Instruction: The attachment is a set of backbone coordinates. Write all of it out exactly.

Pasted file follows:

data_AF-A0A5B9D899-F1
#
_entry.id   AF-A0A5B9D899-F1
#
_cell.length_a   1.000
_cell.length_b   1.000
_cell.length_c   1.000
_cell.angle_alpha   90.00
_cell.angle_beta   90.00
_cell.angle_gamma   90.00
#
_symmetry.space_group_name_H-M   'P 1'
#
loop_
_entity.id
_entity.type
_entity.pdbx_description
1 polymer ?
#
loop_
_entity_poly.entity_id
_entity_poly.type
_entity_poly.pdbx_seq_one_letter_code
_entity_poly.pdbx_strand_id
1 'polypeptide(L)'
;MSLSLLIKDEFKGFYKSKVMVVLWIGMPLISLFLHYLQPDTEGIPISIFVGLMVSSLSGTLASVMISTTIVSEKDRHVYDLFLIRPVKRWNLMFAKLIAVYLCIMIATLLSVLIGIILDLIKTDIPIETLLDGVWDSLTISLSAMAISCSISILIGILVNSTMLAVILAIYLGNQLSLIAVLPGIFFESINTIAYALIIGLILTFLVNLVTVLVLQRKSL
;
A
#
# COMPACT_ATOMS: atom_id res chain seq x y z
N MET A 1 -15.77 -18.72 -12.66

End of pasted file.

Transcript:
data_AF-A0A5B9D899-F1
#
_entry.id   AF-A0A5B9D899-F1
#
_cell.length_a   1.000
_cell.length_b   1.000
_cell.length_c   1.000
_cell.angle_alpha   90.00
_cell.angle_beta   90.00
_cell.angle_gamma   90.00
#
_symmetry.space_group_name_H-M   'P 1'
#
loop_
_entity.id
_entity.type
_entity.pdbx_description
1 polymer ?
#
loop_
_entity_poly.entity_id
_entity_poly.type
_entity_poly.pdbx_seq_one_letter_code
_entity_poly.pdbx_strand_id
1 'polypeptide(L)'
;MSLSLLIKDEFKGFYKSKVMVVLWIGMPLISLFLHYLQPDTEGIPISIFVGLMVSSLSGTLASVMISTTIVSEKDRHVYDLFLIRPVKRWNLMFAKLIAVYLCIMIATLLSVLIGIILDLIKTDIPIETLLDGVWDSLTISLSAMAISCSISILIGILVNSTMLAVILAIYLGNQLSLIAVLPGIFFESINTIAYALIIGLILTFLVNLVTVLVLQRKSL
;
A
#
# COMPACT_ATOMS: atom_id res chain seq x y z
N MET A 1 -15.77 -18.72 -12.66